EU and German privacy laws changed and many companies have to rewrite their privacy policies. I built a tool to help non-technical users to do just that.

Please contribute if you can!

What happend?

2020 is over and has been an exceptional year in every regard. Besides the world being ravaged by a highly transmissive virus for the last 12 months, the European Court of Justice (CJEU) also decided it was time to invalidate the Privacy Shield EU-US Privacy Shield which regulated "[..] transatlantic exchanges of personal data for commercial purposes between the European Union and the United States."1.

The CJEU reasoned that the EU-US Privacy Shield did not provide adaquate protections of EU citizens personal data. Although an alternative exists in the so called standard contractual clauses (SCCs), those are only really applicable where the Charter of Fundamental Rights of the EU and the data importing country match.

In addition the CJEU's above ruling, the German Federal Court of Justic also ruled that users have to actively opt-in to being tracked through web analytics and having the respective cookies set in their browser.

Why does this even concern you?

Since summer of 2020 I have taken over the responsibility of data security officer at my current German employer, which means I am responsible for hundreds of thousands of data sets of personal data being persisted and transferred around the globe. One of my tasks is to keep track of legal developments which might affect how my employer has to deal with said data. It would be an understatement to say that the rulings outlined above have changed a lot of things.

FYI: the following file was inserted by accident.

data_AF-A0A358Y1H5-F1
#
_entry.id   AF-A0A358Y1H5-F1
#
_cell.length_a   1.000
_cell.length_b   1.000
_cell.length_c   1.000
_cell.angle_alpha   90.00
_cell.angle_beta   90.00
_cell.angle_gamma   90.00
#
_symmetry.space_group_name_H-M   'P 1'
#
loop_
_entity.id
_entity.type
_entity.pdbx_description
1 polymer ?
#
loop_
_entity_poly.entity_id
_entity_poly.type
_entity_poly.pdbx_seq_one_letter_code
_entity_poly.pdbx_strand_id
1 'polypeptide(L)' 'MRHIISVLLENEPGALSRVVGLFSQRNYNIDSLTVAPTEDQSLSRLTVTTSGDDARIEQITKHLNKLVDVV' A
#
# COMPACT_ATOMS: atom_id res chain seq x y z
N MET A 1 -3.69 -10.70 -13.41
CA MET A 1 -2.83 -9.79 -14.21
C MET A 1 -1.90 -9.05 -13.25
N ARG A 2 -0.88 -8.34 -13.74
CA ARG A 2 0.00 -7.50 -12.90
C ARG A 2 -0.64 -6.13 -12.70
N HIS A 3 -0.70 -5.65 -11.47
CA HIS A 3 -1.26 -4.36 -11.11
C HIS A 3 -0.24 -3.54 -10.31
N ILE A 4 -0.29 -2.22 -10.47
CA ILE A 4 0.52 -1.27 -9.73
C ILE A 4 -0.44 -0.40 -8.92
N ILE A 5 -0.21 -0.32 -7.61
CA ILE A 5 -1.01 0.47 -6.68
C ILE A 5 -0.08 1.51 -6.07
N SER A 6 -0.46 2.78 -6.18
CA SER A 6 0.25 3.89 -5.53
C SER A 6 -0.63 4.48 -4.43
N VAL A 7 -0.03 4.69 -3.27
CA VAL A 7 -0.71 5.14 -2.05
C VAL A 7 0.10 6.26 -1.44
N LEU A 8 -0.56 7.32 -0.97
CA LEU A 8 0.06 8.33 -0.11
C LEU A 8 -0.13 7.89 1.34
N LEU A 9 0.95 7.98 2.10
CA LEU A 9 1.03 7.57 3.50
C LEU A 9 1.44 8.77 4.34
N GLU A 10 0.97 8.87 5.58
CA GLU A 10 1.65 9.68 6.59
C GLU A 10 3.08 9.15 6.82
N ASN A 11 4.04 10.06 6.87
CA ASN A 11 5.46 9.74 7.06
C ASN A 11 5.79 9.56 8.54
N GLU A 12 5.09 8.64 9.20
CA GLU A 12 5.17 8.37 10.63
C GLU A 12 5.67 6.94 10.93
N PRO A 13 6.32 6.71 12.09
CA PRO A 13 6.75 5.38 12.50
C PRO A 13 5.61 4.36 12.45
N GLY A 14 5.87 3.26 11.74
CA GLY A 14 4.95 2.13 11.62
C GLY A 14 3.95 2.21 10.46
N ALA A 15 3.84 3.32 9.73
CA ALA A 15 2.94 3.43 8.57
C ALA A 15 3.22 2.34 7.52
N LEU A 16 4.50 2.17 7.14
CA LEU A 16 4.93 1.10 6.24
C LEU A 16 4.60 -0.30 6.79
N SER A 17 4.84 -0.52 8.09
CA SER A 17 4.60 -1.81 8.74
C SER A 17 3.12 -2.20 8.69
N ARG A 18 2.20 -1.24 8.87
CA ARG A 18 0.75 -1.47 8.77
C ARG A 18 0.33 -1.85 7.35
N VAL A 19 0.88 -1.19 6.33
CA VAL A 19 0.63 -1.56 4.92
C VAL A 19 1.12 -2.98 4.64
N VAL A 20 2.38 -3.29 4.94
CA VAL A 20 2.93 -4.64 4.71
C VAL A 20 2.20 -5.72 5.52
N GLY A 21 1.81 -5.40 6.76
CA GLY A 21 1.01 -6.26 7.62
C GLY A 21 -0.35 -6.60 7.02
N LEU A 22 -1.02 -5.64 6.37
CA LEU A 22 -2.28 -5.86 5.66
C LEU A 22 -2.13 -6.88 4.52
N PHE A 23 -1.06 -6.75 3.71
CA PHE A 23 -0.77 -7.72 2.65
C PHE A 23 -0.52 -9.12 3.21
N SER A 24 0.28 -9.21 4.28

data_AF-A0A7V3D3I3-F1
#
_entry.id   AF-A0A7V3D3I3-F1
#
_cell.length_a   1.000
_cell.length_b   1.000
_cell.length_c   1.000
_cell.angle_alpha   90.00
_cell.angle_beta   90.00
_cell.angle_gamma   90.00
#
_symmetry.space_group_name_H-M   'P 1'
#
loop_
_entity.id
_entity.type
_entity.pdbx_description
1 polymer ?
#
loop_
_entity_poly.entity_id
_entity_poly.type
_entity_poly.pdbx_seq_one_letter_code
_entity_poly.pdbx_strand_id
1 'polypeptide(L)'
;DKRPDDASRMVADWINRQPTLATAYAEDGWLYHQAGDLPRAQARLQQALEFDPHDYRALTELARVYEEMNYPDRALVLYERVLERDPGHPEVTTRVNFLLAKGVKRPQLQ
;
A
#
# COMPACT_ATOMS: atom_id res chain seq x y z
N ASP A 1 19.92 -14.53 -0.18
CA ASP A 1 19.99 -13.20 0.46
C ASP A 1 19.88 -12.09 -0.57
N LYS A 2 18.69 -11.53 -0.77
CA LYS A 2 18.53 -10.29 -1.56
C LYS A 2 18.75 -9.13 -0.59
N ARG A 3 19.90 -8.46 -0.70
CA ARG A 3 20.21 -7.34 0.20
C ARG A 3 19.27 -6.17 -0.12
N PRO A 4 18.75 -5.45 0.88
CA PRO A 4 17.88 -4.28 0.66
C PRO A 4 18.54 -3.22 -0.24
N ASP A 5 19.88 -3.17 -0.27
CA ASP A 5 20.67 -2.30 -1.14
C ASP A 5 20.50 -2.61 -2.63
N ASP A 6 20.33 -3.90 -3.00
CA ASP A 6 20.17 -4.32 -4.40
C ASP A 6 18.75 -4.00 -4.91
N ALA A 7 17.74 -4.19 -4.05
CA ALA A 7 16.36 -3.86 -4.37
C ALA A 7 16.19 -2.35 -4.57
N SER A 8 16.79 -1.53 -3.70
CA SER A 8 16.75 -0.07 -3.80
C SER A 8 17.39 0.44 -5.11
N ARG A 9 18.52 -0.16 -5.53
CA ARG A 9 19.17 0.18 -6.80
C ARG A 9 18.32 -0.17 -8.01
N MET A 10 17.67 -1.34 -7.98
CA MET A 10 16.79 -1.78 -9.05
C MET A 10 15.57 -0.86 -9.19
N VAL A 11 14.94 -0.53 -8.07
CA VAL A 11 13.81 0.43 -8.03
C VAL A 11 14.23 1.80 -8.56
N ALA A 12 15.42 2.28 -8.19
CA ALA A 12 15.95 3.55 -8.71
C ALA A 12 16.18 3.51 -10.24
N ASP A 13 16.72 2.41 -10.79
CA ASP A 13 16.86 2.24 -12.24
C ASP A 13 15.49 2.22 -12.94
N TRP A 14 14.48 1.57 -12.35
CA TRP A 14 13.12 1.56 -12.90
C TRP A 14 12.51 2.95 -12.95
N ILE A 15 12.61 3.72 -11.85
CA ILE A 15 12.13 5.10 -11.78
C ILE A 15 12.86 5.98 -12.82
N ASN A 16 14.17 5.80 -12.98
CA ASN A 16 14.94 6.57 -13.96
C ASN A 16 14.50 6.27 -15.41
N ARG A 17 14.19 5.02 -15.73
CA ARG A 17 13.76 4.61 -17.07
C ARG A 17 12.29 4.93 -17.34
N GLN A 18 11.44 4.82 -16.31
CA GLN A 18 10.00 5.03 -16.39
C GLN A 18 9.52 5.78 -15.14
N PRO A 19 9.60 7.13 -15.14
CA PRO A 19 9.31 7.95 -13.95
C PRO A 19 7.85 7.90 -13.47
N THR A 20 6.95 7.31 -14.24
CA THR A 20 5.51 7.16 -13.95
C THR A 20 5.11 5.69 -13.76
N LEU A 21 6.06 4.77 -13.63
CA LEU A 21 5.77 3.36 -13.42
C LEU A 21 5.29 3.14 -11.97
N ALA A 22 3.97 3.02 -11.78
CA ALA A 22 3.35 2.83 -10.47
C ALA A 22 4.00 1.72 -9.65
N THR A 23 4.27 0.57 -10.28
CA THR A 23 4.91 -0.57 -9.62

You see, part of our web application business is to provide a matching privacy policy for each of our applications. The content of this privacy policy of course has to reflect any features of the web app which would impact a visiting user's privacy rights. Given the (limited) influence of our customers on How and Why users are tracked, there is a myriad of possible combinations of privacy policy snippets to form a valid policy.

Cut the chase already! What did you build?

To solve the problem generating a valid privacy policy out of all possible options whilst also providing an easy to understand user experience and exporting a reusable piece of HTML for easy implementation into any website or web app, I decided to spend a few weekends on building a privacy policy generator app.

Here is my initial draft of the app:

Policy Generator web app wireframe (pencil on paper)
Policy Generator web app wireframe (pencil on paper)


React is still my go-to solution to quickly convert ideas into code. So ironically Facebook's library forms the basis of my application's frontend.

I wanted to keep the backend as simple as possible, which is why there is no backend. Well, that is, I am using my public Bitbucket repository as data storage for the privacy policy snippets!

Given the ever-changing tech and legal landscape it will be hard to keep the policy snippets up to date on my own. So the idea behind using a code repository as data storgage was, that this way anyone can do pull requests and either modify existing snippets or even add completely new snippets. I made an initial effort to include snippets for the most popular web services like Google Analytics, Google Fonts, etracker, etc.

Policy Generator web app UI
Policy Generator web app UI
Policy Generator web app HTML Output
Policy Generator web app HTML Output

All snippets are writing in Markdown so they are human readable even without a great deal of technical knowledge. This way the hurdle is hopefully enough to give non-technical people a way to skim the texts and give their feedback!

The Markdown texts are imported as raw data and then rendered to the DOM via the react-markdown package. Once a user is satisfied with the selection of snippets and has finalized the form entry it is time to compile the preview into an HTML document which can be used on the user's website and (web) application.

Please contribute if you can!

  1. Wikipeda, EU-US Privacy Shield. Retrieved 2020-01-03